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Hey Guys,

I have a customer who's brought in a 1957 Gibson J-45 with extensive damage. He's wanting to have it restored. I took some pictures of it and the damage to ask you guys what you would do. He would like to have it refinished , new frets, new bridge, and resurfacing of the fretboard. The top has damage from using a pick and a soundhole pickup. Also there's a hole in the side where an input jack was installed. And there's extensive damage to the back of the neck in the finish. My question to you guys is, what is the best option to keep the value of the instrument as high as possible. He's not intersted in selling it after I do the work. Also, I wonder what you guys would charge to completely restore the guitar including refinishing the whole thing. After I added up what I thought it would cost at my rate of service, it was really high. I don't want to rip the guy off. Any help would be appreciated. There are some pics below.

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Yep, sorry Howard, I am building a smaller soapbox as I speak.

Thanks Howard! Some of the most reasonable and logical words spoken on this topic! It has definitely gone 'political and crazy' since the original post. Yes, the guitar owner has a right to do... or have done to his guitar what he wishes.

 With money on the table....there is usually a 'whore' to take it and do the bidding of the payee. It's human and societal nature!

 If not a 'paid whore' he could always 'ass' it up himself. Plenty of 'that' going on in the world too!

Jeez guys...I never meant to start a war.....
i only wanted to do what was best for the customer, as he's not even a guitar player, just inherited it....go figure...he just wanted my advice on what to do really.

Nah,Jeff,

As you undoubtedly know; it's just the normal cut and thrust, challenge,  vilify, reach consensus, kiss and make-up that goes on when you put a bunch of  passionate, work loving artisans in the same confined space - in the end I reckon everyone learns and grows from this remarkable forum - definitely a one of a kind place this.

 I don't particularly like the idea of "desirable" instruments going into collections with "value" inflated far beyond the intrinsic  but I also can't help but wonder how much of the repair industry is supported on the overflow of that value. 

 

If this Gibson was only worth a couple of hundred dollars, the chances are that it would not be worth the cost of repair and the general trend would be to toss it and buy another guitar, most likely one that is not too expensive. . As it stands, there is plenty of chatter on these pages about the issue of cheaply made and sold guitars and how to go about actually making any money from their repair. In the end the value of any given instrument is in the eyes of the buyer and I don't think the instrument repair industry really has much influence on that. From where I sit I think eBay has a more powerful influence on the pricing of guitars than just about any other single source. The listings are divide between those that mostly sell (auctions) and those that mostly don't sell ( buy it now) with the "don't sell" pricing being closer to what is found with concrete vendors.  The world is full of people that won't purchase a cell phone without a test drive but will plop down hundreds of dollars on a box of wood on a sellers description and a hand full of pictures.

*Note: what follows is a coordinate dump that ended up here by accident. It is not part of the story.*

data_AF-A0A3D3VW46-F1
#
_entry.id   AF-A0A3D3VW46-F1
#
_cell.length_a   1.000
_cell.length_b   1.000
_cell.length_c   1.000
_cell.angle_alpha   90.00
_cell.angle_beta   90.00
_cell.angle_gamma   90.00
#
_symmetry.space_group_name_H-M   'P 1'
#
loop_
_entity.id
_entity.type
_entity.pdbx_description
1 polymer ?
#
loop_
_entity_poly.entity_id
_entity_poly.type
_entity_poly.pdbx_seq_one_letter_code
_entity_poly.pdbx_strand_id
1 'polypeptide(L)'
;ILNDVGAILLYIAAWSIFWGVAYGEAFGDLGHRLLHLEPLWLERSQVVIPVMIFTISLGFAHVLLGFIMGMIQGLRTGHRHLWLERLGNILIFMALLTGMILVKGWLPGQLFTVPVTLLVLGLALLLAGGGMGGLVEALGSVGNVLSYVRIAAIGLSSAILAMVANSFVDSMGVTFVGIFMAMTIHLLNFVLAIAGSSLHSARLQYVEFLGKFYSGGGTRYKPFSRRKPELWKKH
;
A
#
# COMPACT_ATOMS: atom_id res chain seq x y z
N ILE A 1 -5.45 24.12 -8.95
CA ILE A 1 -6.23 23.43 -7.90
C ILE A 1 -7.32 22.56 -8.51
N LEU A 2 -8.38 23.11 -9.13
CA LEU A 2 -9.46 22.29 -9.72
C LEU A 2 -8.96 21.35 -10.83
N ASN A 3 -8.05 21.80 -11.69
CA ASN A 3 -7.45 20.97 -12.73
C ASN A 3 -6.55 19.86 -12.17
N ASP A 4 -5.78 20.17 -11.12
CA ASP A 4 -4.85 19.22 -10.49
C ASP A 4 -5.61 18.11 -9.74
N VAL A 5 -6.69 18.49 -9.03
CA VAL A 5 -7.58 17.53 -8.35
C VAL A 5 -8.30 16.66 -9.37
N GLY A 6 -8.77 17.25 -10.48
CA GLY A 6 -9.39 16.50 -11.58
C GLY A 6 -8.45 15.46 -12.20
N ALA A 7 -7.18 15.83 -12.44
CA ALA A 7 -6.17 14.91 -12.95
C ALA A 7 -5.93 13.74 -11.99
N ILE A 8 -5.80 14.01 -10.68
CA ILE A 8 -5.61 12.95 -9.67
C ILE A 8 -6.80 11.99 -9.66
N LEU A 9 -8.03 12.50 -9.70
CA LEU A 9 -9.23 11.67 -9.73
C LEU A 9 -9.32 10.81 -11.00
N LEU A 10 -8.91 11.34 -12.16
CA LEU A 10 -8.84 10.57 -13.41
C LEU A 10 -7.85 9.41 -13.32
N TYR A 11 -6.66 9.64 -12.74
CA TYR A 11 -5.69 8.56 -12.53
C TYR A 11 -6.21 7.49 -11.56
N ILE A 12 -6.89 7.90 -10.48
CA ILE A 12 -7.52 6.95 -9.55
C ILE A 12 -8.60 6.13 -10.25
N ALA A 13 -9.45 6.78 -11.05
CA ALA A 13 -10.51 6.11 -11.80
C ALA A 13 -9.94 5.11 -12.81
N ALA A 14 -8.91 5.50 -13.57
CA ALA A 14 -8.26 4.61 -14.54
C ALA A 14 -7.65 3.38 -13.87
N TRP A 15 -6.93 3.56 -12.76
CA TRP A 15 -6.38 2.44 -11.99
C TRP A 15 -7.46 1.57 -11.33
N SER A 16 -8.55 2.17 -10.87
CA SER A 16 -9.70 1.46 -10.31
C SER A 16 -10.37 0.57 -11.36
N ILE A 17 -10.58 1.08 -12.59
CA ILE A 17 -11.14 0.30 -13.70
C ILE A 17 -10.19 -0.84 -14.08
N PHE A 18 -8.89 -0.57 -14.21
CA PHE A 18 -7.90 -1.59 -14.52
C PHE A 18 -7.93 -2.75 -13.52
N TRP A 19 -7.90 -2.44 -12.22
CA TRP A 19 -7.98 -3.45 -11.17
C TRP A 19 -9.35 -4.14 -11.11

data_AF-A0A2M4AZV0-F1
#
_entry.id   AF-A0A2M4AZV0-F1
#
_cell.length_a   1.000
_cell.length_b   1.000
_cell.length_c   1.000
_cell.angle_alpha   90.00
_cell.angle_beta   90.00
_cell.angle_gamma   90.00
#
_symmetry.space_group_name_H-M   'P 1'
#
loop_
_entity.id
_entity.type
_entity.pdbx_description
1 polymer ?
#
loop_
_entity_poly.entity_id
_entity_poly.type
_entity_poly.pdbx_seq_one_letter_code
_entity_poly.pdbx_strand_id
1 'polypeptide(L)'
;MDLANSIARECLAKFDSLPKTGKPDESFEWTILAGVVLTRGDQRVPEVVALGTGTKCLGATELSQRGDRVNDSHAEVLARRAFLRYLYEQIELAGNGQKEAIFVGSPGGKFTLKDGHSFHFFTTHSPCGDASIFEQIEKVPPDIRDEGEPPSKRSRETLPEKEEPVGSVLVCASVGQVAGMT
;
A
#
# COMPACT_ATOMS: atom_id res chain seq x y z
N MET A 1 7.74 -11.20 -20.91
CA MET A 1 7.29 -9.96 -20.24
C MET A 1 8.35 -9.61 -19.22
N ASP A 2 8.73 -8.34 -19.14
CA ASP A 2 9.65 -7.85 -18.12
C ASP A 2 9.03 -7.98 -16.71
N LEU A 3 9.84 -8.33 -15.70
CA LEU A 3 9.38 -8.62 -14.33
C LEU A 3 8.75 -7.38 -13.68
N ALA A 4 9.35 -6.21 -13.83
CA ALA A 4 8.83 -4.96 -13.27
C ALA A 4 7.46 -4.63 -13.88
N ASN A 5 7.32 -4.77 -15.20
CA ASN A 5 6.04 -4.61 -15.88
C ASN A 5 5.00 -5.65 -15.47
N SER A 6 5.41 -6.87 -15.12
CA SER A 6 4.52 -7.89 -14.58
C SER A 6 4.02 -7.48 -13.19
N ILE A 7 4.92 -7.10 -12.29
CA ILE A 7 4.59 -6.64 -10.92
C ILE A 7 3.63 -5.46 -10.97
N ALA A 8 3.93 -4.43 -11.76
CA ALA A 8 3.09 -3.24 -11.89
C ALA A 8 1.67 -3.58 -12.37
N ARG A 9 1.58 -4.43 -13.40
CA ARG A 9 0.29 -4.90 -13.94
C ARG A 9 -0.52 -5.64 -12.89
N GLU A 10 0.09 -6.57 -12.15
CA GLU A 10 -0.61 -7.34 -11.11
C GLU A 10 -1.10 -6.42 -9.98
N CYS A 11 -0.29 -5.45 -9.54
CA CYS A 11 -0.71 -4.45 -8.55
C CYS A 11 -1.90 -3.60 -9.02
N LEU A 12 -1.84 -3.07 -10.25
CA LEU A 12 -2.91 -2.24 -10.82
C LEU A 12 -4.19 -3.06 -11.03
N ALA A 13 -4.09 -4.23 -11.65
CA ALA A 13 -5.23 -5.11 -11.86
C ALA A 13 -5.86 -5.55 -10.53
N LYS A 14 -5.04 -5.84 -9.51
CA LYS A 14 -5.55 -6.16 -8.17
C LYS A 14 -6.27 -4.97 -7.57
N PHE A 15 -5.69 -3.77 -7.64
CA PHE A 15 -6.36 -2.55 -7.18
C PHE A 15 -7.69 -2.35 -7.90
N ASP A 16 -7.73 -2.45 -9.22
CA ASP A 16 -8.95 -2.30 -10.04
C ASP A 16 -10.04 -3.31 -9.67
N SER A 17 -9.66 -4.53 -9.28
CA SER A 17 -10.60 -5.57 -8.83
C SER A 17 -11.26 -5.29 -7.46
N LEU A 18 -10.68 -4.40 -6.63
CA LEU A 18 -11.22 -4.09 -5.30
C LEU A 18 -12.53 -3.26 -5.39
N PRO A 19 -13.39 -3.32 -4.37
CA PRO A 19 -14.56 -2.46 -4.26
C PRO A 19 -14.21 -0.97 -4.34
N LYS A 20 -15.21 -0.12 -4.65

I guess I would sum up with the thought that I think repairman have an obligation to be square with their clients and that should include their thoughts on the potential increase or decrease in value the instrument may take with a given repair. As I said, the value is really in the eyes of the buyer. 

You can go on with your soapbox philosophy all you want, I just don't agree. 

Bottom line with the guitar presented in this thread is, "it does not need a refinish", period. If you refinish it a number of things happen, it may thin the top some and change the tone, reduce its structural stability, and reduce its value. Why would an owner want to reduce the value? Just so it looks better?

I think instrument repair people have the right to refuse or accept a job, dependent upon there repair philosophy, and wanting to do the right thing for the instrument.

I don't advocate keeping an instrument all original just for the sake of originality, it needs to do what it's intended to do, play music, and play the best it possibly can. The finish is only to do with appearance, not tone or playability.

 

Jim

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